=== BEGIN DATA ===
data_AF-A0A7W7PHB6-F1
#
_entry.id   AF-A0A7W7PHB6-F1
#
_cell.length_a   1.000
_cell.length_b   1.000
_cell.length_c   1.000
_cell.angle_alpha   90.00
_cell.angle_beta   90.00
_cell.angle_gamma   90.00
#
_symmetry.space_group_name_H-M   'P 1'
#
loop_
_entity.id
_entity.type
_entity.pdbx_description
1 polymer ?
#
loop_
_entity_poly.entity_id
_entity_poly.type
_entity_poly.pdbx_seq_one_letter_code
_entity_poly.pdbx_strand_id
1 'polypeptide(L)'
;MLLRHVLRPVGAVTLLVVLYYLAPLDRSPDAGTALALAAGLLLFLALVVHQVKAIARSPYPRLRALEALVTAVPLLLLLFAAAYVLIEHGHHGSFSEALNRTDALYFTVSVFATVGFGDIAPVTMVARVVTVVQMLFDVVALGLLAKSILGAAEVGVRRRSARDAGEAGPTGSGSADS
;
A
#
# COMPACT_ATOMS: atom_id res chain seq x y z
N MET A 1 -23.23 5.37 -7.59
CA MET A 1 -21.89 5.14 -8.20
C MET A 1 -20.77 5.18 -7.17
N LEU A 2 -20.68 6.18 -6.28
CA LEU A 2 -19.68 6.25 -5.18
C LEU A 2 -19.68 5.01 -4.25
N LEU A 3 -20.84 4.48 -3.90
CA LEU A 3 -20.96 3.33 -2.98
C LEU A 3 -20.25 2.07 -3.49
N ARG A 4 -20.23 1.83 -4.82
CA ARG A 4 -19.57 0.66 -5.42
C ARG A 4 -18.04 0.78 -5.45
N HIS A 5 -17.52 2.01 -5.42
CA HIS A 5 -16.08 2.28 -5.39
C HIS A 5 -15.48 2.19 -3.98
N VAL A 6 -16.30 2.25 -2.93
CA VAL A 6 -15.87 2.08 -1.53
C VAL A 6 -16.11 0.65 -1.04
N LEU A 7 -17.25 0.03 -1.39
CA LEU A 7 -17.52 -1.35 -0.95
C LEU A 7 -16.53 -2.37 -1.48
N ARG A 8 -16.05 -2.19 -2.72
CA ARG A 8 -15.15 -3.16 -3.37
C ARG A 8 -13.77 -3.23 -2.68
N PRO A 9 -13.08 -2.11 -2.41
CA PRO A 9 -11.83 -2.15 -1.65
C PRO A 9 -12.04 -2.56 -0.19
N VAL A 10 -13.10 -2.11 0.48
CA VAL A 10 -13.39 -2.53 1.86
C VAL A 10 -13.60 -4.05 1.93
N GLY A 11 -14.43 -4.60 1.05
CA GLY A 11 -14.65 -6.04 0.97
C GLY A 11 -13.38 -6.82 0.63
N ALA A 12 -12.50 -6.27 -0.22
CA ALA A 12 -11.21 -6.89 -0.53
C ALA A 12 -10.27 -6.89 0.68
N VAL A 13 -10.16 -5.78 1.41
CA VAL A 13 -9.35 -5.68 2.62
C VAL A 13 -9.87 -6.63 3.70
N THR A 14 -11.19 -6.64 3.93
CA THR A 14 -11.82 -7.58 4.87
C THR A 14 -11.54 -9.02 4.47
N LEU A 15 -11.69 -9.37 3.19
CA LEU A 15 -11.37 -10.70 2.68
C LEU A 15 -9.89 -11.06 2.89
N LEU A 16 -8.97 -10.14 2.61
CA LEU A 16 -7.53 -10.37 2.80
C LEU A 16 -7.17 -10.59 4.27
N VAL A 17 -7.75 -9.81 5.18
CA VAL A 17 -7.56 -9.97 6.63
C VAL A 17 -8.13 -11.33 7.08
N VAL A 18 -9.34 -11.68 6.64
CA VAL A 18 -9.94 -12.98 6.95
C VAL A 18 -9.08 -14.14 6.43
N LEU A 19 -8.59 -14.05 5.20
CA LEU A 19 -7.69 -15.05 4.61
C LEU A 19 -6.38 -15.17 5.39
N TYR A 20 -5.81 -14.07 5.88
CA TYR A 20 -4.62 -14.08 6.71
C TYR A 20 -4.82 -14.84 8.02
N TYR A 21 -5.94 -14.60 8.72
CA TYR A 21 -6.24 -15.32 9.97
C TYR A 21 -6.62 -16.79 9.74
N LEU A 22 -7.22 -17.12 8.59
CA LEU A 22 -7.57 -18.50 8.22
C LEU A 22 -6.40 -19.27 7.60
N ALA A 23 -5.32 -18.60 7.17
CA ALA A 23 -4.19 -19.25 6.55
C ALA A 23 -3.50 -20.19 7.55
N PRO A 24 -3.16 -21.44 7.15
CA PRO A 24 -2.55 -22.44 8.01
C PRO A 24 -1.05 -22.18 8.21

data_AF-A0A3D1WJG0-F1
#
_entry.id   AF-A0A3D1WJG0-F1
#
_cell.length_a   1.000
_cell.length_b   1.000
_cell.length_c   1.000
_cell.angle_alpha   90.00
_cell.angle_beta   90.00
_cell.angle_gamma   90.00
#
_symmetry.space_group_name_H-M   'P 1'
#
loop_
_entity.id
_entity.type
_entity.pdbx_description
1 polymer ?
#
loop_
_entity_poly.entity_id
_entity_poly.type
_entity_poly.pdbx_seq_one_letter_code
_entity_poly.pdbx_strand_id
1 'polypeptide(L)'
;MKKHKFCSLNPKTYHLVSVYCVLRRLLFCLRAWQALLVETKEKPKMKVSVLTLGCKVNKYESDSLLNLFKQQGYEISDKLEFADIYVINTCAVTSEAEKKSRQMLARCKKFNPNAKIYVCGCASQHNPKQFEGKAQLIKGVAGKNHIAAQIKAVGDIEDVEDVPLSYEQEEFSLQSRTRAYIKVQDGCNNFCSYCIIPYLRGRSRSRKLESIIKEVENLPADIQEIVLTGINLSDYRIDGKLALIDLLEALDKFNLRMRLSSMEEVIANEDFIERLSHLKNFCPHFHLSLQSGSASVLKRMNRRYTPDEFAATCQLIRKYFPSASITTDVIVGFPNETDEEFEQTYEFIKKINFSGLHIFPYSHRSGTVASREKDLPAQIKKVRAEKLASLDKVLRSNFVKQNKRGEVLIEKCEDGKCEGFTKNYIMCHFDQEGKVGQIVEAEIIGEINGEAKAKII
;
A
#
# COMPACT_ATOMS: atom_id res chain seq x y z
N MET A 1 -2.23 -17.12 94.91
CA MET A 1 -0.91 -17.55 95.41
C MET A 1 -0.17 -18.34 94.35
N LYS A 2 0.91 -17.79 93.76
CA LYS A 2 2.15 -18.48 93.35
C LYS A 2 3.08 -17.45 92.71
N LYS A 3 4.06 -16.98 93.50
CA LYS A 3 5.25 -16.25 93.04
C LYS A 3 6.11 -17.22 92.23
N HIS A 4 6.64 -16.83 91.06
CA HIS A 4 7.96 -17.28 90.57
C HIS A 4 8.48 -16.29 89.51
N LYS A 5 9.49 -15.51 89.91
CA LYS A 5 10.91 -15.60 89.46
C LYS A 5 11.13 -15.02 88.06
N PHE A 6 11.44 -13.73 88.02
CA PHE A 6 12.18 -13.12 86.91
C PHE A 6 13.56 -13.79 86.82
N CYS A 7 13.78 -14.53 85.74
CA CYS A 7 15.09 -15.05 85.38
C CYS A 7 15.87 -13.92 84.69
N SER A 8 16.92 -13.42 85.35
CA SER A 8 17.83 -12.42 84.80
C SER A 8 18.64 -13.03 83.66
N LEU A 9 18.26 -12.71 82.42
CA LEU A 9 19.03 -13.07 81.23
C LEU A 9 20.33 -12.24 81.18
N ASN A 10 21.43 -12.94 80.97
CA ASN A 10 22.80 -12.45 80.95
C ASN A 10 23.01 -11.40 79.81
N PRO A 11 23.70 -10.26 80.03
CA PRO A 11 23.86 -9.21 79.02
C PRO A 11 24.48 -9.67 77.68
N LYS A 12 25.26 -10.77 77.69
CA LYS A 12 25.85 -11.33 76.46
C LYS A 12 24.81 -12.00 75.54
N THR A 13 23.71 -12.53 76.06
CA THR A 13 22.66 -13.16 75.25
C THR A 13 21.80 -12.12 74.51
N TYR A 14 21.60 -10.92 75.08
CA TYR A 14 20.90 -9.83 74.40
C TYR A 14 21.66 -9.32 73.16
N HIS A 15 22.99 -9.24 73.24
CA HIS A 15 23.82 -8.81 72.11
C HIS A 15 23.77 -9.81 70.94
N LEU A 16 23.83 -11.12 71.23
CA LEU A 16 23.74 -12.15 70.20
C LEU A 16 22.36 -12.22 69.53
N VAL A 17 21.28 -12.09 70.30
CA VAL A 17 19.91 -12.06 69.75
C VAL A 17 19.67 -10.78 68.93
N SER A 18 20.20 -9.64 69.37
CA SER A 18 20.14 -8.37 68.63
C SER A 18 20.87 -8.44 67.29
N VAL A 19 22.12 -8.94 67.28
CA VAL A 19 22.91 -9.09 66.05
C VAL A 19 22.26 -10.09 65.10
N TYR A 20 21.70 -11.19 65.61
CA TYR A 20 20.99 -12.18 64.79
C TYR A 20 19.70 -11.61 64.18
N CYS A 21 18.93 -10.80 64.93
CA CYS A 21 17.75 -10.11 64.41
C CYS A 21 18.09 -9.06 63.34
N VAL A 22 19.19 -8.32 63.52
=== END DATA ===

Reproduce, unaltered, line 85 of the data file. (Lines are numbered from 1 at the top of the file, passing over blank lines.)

N LEU A 19 -8.59 -14.05 5.20